GABRIEL PITERBERG: D.Phil., University of Oxford, 1993. Early modern Middle East; History of the Ottoman Empire and the Mediterranean; Colonialism; Zionism; Palestine/Israel 310-825-3944; firstname.lastname@example.org
JAMES L. GELVIN: Ph.D., Harvard University, 1992. Social and cultural history of the modern Middle East 310-206-4854; email@example.com
SEBOUH ASLANIAN: Ph.D., Columbia University, 2007. Early modern world and Armenian history; Middle Eastern studies 310-825-4261; firstname.lastname@example.org
The Middle Eastern field offers instruction in the history of the region stretching from Anatolia and the Eastern Mediterranean in the west to Iran in the east, from Armenia and the Caucasus in the north to the Arabian peninsula in the south, North Africa, the Ottoman Balkans, and Islamic Iberia, from the period of Late Antiquity (fourth-seventh centuries) to the present day. Permanent faculty consists of Michael Morony (pre-modern Middle East), Gabriel Piterberg (early modern Middle East), James L. Gelvin (modern Middle East) and Sebouh Aslanian (Armenian history, World history). More information about faculty can be obtained from their individual History Department websites.
In addition to fulfilling the requirements for admission to the History Department, students should have a background in at least one Middle Eastern language and provide evidence of previous coursework in Middle Eastern history. Students are expected to have an excellent command of spoken and written English.
Requirements for the Doctorate in Middle Eastern History
Students are required to complete six quarters of seminar work. All students in the Middle Eastern field must complete two of the following seminars: Historiography of the Pre-Modern Middle East, Historiography of the Early-Modern Middle East, Historiography of the Modern Middle East.
Before students are eligible to advance to candidacy, they must demonstrate to the satisfaction of their faculty advisor competency in two Middle Eastern languages. These languages should be germane to the student’s present and future research interests and should be chosen in consultation with his/her faculty advisor. Where appropriate, students, in consultation with their advisors, may use coursework to fulfill the language requirement as long as students show a GPA of 3.7 (A-) in their coursework.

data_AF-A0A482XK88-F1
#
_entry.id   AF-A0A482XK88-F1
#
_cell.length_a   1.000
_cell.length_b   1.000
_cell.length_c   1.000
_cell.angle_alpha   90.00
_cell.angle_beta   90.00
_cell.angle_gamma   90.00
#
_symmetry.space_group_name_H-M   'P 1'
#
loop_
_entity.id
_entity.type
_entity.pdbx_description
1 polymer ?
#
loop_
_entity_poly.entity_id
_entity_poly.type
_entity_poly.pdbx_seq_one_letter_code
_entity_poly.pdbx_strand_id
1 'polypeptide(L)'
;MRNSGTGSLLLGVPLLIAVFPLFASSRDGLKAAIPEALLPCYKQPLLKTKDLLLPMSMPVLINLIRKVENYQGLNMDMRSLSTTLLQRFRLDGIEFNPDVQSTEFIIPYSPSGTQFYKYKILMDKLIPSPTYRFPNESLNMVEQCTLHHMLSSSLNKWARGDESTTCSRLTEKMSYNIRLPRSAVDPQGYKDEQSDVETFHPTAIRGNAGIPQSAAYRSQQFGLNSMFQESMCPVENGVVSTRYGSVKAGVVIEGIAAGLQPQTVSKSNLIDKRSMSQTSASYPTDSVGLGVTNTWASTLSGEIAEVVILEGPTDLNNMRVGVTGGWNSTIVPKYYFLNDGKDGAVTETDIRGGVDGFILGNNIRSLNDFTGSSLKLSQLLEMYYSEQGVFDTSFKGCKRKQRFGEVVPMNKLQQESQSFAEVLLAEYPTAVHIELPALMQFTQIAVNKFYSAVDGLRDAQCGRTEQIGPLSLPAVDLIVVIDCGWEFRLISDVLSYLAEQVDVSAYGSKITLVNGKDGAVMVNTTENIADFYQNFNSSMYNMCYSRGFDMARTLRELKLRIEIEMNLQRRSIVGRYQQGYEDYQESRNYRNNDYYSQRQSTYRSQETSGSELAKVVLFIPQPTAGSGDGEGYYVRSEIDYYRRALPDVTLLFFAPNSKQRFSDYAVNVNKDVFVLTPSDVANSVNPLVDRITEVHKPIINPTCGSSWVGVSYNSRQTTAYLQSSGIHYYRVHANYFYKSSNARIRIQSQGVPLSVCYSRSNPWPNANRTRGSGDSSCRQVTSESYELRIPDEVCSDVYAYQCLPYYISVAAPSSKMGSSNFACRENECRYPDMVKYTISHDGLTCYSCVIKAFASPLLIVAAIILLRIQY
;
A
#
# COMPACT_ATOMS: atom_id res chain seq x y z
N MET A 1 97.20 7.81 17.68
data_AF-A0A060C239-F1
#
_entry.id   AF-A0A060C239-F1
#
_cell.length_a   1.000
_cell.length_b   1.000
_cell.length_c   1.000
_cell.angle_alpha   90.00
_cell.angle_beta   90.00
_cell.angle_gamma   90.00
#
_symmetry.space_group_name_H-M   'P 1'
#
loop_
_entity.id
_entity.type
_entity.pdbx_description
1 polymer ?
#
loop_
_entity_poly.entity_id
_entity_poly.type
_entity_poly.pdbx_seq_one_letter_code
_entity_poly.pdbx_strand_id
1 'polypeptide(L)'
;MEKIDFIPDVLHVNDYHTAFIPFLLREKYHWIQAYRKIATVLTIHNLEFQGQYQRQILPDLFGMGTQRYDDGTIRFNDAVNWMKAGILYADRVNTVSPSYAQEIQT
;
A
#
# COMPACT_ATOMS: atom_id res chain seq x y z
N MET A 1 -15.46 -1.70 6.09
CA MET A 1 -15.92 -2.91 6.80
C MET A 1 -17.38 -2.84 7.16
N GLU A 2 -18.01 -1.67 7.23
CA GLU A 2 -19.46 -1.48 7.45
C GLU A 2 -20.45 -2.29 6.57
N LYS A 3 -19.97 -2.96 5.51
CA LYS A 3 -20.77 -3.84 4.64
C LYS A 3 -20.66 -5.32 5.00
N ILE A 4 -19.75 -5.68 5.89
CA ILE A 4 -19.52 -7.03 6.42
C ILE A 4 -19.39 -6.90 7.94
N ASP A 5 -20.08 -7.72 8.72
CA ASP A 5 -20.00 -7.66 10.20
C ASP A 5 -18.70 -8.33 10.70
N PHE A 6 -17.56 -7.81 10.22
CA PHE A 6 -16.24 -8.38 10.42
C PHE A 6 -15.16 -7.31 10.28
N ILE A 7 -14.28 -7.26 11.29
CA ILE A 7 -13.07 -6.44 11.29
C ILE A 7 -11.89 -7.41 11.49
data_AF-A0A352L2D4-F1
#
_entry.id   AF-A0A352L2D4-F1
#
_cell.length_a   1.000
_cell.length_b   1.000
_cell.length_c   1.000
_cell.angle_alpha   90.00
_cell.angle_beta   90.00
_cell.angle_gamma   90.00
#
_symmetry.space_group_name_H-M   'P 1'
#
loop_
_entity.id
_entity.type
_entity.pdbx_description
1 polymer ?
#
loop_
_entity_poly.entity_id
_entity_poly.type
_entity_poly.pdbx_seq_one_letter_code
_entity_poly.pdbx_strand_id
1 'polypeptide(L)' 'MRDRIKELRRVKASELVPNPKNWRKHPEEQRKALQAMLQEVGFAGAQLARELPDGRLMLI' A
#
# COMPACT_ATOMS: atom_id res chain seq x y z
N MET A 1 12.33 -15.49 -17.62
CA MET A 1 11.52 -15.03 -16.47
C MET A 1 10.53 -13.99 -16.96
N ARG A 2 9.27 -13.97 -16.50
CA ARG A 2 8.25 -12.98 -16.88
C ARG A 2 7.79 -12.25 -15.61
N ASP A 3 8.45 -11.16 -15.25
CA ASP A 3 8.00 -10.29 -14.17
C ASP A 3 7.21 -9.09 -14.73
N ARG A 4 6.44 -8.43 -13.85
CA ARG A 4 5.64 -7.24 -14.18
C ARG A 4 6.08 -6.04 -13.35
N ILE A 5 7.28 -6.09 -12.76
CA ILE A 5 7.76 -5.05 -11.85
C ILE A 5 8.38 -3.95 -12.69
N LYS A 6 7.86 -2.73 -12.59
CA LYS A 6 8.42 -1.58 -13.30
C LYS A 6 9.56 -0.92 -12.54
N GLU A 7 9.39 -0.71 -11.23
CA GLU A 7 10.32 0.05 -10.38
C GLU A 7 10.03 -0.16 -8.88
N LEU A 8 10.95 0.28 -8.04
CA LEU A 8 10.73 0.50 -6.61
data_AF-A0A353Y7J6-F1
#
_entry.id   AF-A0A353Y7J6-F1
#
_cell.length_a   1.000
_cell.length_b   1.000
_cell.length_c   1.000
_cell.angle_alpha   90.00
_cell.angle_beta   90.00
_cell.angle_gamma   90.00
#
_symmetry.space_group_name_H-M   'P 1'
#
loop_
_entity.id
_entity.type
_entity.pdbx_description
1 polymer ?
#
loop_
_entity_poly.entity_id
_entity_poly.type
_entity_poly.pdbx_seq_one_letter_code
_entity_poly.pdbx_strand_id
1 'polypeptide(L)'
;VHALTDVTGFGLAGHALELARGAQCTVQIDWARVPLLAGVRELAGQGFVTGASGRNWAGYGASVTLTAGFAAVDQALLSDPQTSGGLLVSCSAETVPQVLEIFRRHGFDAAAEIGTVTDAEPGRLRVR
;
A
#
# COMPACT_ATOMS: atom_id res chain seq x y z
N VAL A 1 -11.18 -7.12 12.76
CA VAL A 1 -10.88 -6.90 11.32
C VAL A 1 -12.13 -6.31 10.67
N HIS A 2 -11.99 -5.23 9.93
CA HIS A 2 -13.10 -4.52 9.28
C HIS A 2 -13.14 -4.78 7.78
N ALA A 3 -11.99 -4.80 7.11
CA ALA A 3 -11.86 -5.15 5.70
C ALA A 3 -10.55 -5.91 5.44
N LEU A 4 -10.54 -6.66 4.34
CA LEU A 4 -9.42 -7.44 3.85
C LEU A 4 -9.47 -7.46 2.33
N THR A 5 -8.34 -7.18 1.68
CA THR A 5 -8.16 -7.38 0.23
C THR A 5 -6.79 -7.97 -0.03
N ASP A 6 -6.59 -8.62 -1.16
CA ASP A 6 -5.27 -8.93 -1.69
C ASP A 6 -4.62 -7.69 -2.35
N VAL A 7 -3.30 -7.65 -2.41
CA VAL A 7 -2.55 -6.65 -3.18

Before students are eligible to advance to candidacy, they must demonstrate competency in one European language other than English. This language should be germane to the student’s present and future research interests and should be chosen in consultation with his/her faculty advisor.
Those students who seek to specialize in Armenian history must demonstrate a reading knowledge of Classical Armenian (Grabar), one European language other than English, and at least one other Middle Eastern language germane to the student’s present and future research interests and chosen in consultation with his/her faculty advisor.
Doctoral Written and Oral Examinations (Advancing to Candidacy)
1. Before students are eligible to sit for their qualifying examinations, they must have completed all their coursework and language requirements.
2. Students are to choose an examining committee of four members in consultation with their faculty advisor. Each of the members of this committee will work with the student to prepare him/her for the qualifying examinations. Faculty serving on the examining committee may require students to take those courses they deem necessary to prepare for the qualifying examinations. For more information on how to form you committee, please visit the Graduate Student Intranet.
3. Students are expected to draft a dissertation prospectus in consultation with their faculty advisor. This prospectus should include (a) a full statement of the dissertation topic; (b) a statement explaining why the study of the chosen topic is warranted; (c) a discussion of earlier works related to the topic; (d) a statement of the methodology to be employed; (e) a research agenda. An annotated bibliography must accompany the dissertation prospectus. The dissertation prospectus must be distributed to the members of the examining committee two weeks before the oral examinations.
4. The examinations consist of two parts: a written examination and an oral examination. The written part of the examination will consist of two written examinations in each of two Middle East fields. One of these is to be the major field, but the other field can be outside of the Middle East with the permission of the chair of the student’s dissertation committee. The nature of the written examinations is at the discretion of the examiners. The major field might be Pre-Modern Middle Eastern History, Early Modern Middle Eastern History, Modern Middle Eastern History, or Armenian History. Once the student passes the written examination, he/she is eligible to sit for the oral examination. The examining committee will administer the oral examination after the second written examination. The oral examination will focus on questions relating to the prospectus.
5. Students will choose, in consultation with the members of the examining committee, their dissertation committee from amongst the examining committee.
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